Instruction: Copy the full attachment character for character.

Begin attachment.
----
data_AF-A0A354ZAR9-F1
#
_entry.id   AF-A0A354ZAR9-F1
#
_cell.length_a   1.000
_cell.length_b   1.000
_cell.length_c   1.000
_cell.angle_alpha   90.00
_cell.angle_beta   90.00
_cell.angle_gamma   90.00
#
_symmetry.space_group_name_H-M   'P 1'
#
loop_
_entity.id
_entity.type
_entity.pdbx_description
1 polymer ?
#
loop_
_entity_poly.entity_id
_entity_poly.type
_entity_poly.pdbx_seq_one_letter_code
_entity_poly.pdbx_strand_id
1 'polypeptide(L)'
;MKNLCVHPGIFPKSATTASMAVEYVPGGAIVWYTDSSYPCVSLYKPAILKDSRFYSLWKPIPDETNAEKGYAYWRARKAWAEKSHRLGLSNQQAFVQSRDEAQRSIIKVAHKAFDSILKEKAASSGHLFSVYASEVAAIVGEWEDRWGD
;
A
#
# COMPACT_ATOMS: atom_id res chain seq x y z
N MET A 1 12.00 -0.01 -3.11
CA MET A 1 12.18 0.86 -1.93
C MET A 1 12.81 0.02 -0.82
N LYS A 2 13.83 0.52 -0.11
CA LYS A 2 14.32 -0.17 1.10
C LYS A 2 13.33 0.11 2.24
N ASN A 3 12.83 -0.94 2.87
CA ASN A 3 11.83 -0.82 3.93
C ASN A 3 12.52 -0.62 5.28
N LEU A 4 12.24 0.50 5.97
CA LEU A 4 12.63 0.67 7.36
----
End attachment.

data_AF-A0A354ZAR9-F1
#
_entry.id   AF-A0A354ZAR9-F1
#
_cell.length_a   1.000
_cell.length_b   1.000
_cell.length_c   1.000
_cell.angle_alpha   90.00
_cell.angle_beta   90.00
_cell.angle_gamma   90.00
#
_symmetry.space_group_name_H-M   'P 1'
#
loop_
_entity.id
_entity.type
_entity.pdbx_description
1 polymer ?
#
loop_
_entity_poly.entity_id
_entity_poly.type
_entity_poly.pdbx_seq_one_letter_code
_entity_poly.pdbx_strand_id
1 'polypeptide(L)'
;MKNLCVHPGIFPKSATTASMAVEYVPGGAIVWYTDSSYPCVSLYKPAILKDSRFYSLWKPIPDETNAEKGYAYWRARKAWAEKSHRLGLSNQQAFVQSRDEAQRSIIKVAHKAFDSILKEKAASSGHLFSVYASEVAAIVGEWEDRWGD
;
A
#
# COMPACT_ATOMS: atom_id res chain seq x y z
N MET A 1 12.00 -0.01 -3.11
CA MET A 1 12.18 0.86 -1.93
C MET A 1 12.81 0.02 -0.82
N LYS A 2 13.83 0.52 -0.11
CA LYS A 2 14.32 -0.17 1.10
C LYS A 2 13.33 0.11 2.24
N ASN A 3 12.83 -0.94 2.87
CA ASN A 3 11.83 -0.82 3.93
C ASN A 3 12.52 -0.62 5.28
N LEU A 4 12.24 0.50 5.97
CA LEU A 4 12.63 0.67 7.36